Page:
Addabbo spoke with the children at the roundtable and listened to their ideas and concerns. He also encouraged them to speak out about changes and improvements they would like to see in their schools.

“Whether you’re in first grade or going into high school, it’s important that we hear what we need in our schools,” he said. “I need to hear from the students because they’re the ones in the classroom.”

When asked what they wanted to be when they grow up, the children’s answers ranged from athlete and engineer to educator. The children got to ask Addabbo questions, such as what was his favorite color (“blue”) and favorite food (“pizza”), before the discussion shifted to a heated debate among the adults over the controversial Common Core curriculum.

Addabbo referred to Common Core testing as “questionable” and spoke out against the use of the test as a yardstick to measure a teacher’s performance and effectiveness.

“Having a test like the Common Core to evaluate our teachers is wrong and I voted ‘no’ on that part of the budget,” he said. “You don’t use a flawed test to evaluate a teacher. We should not oppress good teachers. We should reward them by giving them better resources.”

Local parent and Board of Education employee Maria Gregorio also weighed in on the issue. “We need to get out there and advocate,” she said. “I’m not there to sell the curriculum. I’m there to educate the children and help families. That’s why I applied for the Board of Education.”

As the father of two young daughters, Addabbo empathized with the plight of local parents. “I know the frustrations even I face as a parent,” he said.

Addabbo encouraged parents like Gregorio to get involved and advocate for change: “When you speak out for your child, you’re also speaking out for other parents.”

Excalibur mentor and tutor Christine Engesser spoke in favor of the goals behind Common Core, but also admitted that the curriculum is flawed in many ways.

“The thinking behind it is actually educationally sound,” she said. “They’re trying to get kids to examine a problem from different angles. Part of the problem for the adults involved is that they’re learning differently from the way we learned.”

One of Engesser’s critiques of the Common Core curriculum was that it did not account for disparities in age group and aptitude. “You have children with special learning needs with different learning styles and abilities and yet they have to take the same test,” she said.

Addabbo agreed. “These tests are not realistic,” he said. “We have made some changes, but we have a lot more work to do.”


Op-ed: Test less, teach more

By Queens Courier Staff | editorial@queenscourier.com


The other week I announced a way to reduce excessive standardized tests as part of Common Core while preserving the quality of learning and teaching in our classrooms. My proposal was developed over the course of several months by school superintendents and educators throughout our communities.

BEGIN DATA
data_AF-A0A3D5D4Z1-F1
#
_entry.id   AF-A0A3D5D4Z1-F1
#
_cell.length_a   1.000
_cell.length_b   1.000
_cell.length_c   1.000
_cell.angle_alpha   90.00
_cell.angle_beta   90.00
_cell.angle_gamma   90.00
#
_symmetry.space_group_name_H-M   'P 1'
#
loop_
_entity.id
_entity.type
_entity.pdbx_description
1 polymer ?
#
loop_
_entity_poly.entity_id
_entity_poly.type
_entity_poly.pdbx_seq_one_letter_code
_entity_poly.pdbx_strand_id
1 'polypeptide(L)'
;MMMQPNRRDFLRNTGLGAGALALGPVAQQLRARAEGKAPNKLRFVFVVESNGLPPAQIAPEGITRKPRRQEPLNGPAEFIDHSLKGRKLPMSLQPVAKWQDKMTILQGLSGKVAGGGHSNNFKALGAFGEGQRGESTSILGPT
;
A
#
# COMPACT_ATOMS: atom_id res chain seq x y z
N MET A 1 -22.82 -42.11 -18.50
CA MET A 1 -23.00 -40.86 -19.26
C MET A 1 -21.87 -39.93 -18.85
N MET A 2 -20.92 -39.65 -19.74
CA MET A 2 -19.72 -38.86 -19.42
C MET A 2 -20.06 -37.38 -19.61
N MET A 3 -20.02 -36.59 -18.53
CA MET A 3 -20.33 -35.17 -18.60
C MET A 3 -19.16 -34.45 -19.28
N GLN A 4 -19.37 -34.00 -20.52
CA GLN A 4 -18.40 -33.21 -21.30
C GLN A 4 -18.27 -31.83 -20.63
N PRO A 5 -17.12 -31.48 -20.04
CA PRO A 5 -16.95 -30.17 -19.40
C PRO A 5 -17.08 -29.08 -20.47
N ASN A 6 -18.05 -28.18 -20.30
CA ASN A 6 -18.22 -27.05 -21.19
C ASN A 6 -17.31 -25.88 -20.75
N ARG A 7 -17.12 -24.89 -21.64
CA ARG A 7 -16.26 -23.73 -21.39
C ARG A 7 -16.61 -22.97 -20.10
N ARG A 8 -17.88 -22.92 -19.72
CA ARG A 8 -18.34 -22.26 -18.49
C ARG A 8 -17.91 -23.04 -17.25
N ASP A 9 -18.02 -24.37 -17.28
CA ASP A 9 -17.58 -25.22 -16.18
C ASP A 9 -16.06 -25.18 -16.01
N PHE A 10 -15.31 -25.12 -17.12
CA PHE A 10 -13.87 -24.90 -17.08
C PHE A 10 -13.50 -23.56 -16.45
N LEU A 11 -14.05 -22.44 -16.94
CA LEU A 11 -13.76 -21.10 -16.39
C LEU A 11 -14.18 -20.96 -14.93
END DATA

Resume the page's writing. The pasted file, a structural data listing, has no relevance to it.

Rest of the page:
I believe we are testing our kids to extremes and robbing them of their creativity and curiosity. Classrooms are meant to be challenging incubators for learning and expression, not test-taking factories. Unfortunately, many classrooms today are void of teaching innovation and critical thinking because teachers and students are burdened by preparing for excessive standardized tests that promote learning through retention rather than learning by experience.

A common-sense pace of testing is essential to ensure that our students are learning what is being taught and that schools are effectively educating. But we cannot designate standardized test scores as the one predictor of future success for our students, teachers and school districts. Learning is a deeply personal experience, and we should be giving our teachers and students the classroom time they need in order to facilitate experiential learning.

That is why, with the help of Long Island superintendents, I am introducing the Tackling Excessive Standardized Testing (TEST) Act that allows states to choose an alternative testing schedule for students in grades 3 through 8. The TEST Act reduces the number of tests students must take each year and ultimately gives time back to educators to teach science, social studies, art, music and other subjects whose lessons are being cut short in order to prepare for testing.

Allotting the necessary time to foster a classroom atmosphere more conducive to creativity and collaboration will help relieve some of the stress that testing places on students and teachers. It is simply common sense to allow states to be able to choose an alternative testing schedule for students that curbs the amount of tests they have to take while still reflecting their abilities and the effectiveness of school districts.

I have two adult daughters. One is involved in marketing for the pharmaceutical industry. The other is pursuing a career in sustainable agriculture. In other words, one is in pharma and the other a farmer. Excessive standardized tests could not possibly measure the potential and the needs that each had in pursuing their dreams.

We should test less and enrich more.


Op-ed: Legislative update by state Sen. Joseph P. Addabbo Jr.

| oped@queenscourier.com


I am pleased that one of the 2014 end-of-session highlights is a common-sense reform of how the controversial Common Core learning standards will be applied in evaluating New York State’s teachers and principals.  Passage of this legislation means that the students, parents, teachers and administrators in my district who have repeatedly expressed concerns about this issue have been heard loud and clear.